Although it's always best to use fresh berries when possible, wonderful jam can easily be made from frozen strawberries as well. Defrosting your strawberries beforehand will speed the process along, but you can use them straight from the freezer as well---it will just take a little longer to reach jam stage.
Place strawberries, lemon juice, sugar and pectin in the pot. Stir together; if berries are frozen, you may have to wait until they defrost.
Turn burner up to the highest level of heat that it can reach. Continue stirring.
Observe your jam as the strawberries start to turn to mush and the mixture begins to come together. Stir occasionally; stirring continuously is not necessary. If you are comfortable, it is even possible to be doing something else when you've reached this stage in your jam-making. Just make sure you're close enough to your pot that you'll notice when it starts boiling.
Bring jam to a rolling (or hard) boil and leave it there for one full minute. Add butter and stir into jam. After jam has been at a rolling boil for one full minute, turn the heat off.
Funnel jam into prepared home canning jars and can in your usual manner.
It is possible to make strawberry jam without pectin. In fact, that's probably how your great-grandmother used to make it, before pectin was commercially available. However, that process involves reducing a lot of the natural juice out of the strawberries---and also kills their nutritional value. If you wish to try making strawberry jam without pectin, omit all ingredients except the strawberries and the sugar. Use 12 cups of sugar instead of eight, and boil until the jam starts to thicken. Ladle into your prepared home canning jars as above. It is also possible to make strawberry jam without added sugar, for those with dietary concerns. See Resources for a link to a recipe and some tips and tricks on how to make a batch of tasty, sugar-free jam.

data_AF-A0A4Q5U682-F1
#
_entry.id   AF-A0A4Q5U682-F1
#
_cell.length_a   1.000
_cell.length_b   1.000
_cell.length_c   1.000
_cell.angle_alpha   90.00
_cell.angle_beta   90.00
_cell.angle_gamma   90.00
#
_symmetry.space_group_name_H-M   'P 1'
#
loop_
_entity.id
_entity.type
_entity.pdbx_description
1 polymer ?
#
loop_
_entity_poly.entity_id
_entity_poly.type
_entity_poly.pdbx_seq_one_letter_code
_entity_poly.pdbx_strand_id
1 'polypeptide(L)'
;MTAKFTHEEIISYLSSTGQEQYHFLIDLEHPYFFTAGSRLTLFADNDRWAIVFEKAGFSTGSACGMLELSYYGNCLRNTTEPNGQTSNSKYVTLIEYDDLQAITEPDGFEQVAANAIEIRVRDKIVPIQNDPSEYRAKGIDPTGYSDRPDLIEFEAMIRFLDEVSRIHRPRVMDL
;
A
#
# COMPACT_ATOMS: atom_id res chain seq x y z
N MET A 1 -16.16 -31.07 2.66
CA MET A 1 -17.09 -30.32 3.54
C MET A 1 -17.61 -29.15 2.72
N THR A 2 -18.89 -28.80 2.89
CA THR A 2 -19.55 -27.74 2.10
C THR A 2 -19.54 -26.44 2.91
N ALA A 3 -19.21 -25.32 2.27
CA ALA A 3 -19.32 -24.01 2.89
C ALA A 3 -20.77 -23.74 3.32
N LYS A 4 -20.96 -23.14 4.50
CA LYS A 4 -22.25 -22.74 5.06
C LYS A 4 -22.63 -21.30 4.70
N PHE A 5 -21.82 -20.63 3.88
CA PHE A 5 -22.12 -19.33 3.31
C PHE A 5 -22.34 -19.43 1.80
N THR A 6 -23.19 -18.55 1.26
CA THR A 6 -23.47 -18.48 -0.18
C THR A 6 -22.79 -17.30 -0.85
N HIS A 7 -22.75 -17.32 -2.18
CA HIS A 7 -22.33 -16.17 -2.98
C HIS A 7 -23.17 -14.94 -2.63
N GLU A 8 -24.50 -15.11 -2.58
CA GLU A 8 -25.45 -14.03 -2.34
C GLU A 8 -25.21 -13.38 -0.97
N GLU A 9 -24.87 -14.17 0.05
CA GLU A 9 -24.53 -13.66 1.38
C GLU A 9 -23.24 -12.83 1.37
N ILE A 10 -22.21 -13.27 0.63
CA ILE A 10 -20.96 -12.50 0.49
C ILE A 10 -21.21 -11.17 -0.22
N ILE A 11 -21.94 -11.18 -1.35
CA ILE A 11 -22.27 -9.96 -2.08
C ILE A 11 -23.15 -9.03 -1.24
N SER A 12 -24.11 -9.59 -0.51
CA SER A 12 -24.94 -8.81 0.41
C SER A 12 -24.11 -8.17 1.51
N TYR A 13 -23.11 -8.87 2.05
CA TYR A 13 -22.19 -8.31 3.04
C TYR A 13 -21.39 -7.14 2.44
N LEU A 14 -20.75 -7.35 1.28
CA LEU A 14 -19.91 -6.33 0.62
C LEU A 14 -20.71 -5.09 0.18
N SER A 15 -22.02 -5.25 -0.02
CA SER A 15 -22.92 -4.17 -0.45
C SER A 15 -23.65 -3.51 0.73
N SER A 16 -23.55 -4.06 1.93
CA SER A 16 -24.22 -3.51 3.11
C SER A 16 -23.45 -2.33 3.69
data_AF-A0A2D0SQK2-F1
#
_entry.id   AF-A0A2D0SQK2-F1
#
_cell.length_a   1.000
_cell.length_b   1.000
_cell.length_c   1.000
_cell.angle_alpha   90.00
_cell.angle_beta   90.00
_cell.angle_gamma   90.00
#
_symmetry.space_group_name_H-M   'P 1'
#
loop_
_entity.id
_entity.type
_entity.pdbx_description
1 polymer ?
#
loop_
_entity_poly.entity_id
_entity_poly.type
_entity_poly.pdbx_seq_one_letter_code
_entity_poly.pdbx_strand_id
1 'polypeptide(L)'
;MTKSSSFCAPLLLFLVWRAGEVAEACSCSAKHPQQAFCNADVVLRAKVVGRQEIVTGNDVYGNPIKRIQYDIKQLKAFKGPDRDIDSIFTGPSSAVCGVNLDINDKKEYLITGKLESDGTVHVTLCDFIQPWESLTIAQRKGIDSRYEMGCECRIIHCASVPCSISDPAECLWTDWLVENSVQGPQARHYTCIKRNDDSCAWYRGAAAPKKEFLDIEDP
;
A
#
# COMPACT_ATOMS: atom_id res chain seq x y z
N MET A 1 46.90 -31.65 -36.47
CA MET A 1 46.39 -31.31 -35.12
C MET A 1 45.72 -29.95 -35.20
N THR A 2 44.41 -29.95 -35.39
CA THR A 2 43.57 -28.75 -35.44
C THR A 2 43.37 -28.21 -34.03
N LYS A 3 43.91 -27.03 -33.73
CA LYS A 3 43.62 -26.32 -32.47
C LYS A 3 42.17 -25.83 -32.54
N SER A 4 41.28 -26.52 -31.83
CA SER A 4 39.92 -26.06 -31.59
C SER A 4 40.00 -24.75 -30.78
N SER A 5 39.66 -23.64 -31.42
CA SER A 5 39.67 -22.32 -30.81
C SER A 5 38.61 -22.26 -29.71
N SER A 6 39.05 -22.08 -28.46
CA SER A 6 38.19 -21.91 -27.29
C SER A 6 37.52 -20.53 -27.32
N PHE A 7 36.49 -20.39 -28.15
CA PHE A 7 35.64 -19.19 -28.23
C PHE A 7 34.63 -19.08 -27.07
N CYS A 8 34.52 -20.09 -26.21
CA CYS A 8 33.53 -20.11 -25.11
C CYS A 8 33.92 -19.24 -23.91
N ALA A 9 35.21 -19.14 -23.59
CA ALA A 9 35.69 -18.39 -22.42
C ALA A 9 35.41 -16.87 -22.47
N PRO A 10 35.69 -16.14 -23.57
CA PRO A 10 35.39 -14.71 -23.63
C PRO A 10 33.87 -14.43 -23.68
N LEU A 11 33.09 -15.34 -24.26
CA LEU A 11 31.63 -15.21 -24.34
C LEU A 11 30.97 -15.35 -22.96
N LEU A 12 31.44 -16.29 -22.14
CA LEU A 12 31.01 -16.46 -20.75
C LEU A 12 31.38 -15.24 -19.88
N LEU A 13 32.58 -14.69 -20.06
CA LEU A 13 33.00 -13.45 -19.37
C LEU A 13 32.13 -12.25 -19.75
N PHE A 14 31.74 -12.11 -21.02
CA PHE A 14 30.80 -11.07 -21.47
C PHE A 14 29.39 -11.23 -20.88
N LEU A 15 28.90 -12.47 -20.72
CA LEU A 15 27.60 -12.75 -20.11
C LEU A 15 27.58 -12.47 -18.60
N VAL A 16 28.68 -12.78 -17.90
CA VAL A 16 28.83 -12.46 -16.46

Do not underboil the jam, or else the pectin will fail to properly set. Instead of strawberry jam, you'll have strawberry sauce. Do not overboil the jam, or else the pectin will start to break down, which will also result in a failed jam set. One minute is all you need at this batch size with commercial-grade pectin. Do not double the recipe. If you wish to make multiple batches of jam, you'll need to repeat the steps for each batch, unless you are working with commercial equipment. Most home cookware does not heat and retain that heat as evenly as commercial-grade equipment does. Since jam made with pectin is so sensitive, it is imperative that it be heated evenly.